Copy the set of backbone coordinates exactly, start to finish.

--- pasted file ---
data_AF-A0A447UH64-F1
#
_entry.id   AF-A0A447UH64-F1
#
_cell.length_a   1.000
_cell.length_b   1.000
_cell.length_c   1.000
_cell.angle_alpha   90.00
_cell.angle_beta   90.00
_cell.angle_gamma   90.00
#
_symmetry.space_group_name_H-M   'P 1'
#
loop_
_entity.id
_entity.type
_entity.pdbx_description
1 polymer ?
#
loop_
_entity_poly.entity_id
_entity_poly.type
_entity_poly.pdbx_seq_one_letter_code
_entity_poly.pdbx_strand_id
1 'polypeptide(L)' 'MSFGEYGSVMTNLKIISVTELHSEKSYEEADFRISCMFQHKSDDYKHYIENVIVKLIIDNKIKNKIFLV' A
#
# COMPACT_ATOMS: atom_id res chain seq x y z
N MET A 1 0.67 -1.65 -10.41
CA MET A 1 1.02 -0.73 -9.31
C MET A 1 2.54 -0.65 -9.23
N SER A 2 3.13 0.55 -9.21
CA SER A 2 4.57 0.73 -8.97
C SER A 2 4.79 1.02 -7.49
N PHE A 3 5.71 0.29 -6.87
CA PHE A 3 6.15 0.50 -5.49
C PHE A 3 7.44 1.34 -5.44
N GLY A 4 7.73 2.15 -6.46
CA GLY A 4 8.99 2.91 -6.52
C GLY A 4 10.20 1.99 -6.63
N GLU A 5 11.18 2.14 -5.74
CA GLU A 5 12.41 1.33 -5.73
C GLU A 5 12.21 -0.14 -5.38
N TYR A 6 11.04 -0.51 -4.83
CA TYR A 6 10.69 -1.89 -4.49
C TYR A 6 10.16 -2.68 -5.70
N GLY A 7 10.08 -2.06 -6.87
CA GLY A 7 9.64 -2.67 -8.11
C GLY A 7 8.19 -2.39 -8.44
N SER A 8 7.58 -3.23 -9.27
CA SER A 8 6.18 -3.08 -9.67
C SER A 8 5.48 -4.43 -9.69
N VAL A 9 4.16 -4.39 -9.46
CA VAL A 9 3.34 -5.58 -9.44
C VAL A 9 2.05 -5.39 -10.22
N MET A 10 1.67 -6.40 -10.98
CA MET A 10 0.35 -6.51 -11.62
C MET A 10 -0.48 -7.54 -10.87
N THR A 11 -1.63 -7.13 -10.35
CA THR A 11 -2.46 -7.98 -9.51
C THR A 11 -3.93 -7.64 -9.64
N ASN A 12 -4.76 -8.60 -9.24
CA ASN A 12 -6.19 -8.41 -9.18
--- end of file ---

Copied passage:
data_AF-A0A447UH64-F1
#
_entry.id   AF-A0A447UH64-F1
#
_cell.length_a   1.000
_cell.length_b   1.000
_cell.length_c   1.000
_cell.angle_alpha   90.00
_cell.angle_beta   90.00
_cell.angle_gamma   90.00
#
_symmetry.space_group_name_H-M   'P 1'
#
loop_
_entity.id
_entity.type
_entity.pdbx_description
1 polymer ?
#
loop_
_entity_poly.entity_id
_entity_poly.type
_entity_poly.pdbx_seq_one_letter_code
_entity_poly.pdbx_strand_id
1 'polypeptide(L)' 'MSFGEYGSVMTNLKIISVTELHSEKSYEEADFRISCMFQHKSDDYKHYIENVIVKLIIDNKIKNKIFLV' A
#
# COMPACT_ATOMS: atom_id res chain seq x y z
N MET A 1 0.67 -1.65 -10.41
CA MET A 1 1.02 -0.73 -9.31
C MET A 1 2.54 -0.65 -9.23
N SER A 2 3.13 0.55 -9.21
CA SER A 2 4.57 0.73 -8.97
C SER A 2 4.79 1.02 -7.49
N PHE A 3 5.71 0.29 -6.87
CA PHE A 3 6.15 0.50 -5.49
C PHE A 3 7.44 1.34 -5.44
N GLY A 4 7.73 2.15 -6.46
CA GLY A 4 8.99 2.91 -6.52
C GLY A 4 10.20 1.99 -6.63
N GLU A 5 11.18 2.14 -5.74
CA GLU A 5 12.41 1.33 -5.73
C GLU A 5 12.21 -0.14 -5.38
N TYR A 6 11.04 -0.51 -4.83
CA TYR A 6 10.69 -1.89 -4.49
C TYR A 6 10.16 -2.68 -5.70
N GLY A 7 10.08 -2.06 -6.87
CA GLY A 7 9.64 -2.67 -8.11
C GLY A 7 8.19 -2.39 -8.44
N SER A 8 7.58 -3.23 -9.27
CA SER A 8 6.18 -3.08 -9.67
C SER A 8 5.48 -4.43 -9.69
N VAL A 9 4.16 -4.39 -9.46
CA VAL A 9 3.34 -5.58 -9.44
C VAL A 9 2.05 -5.39 -10.22
N MET A 10 1.67 -6.40 -10.98
CA MET A 10 0.35 -6.51 -11.62
C MET A 10 -0.48 -7.54 -10.87
N THR A 11 -1.63 -7.13 -10.35
CA THR A 11 -2.46 -7.98 -9.51
C THR A 11 -3.93 -7.64 -9.64
N ASN A 12 -4.76 -8.60 -9.24
CA ASN A 12 -6.19 -8.41 -9.18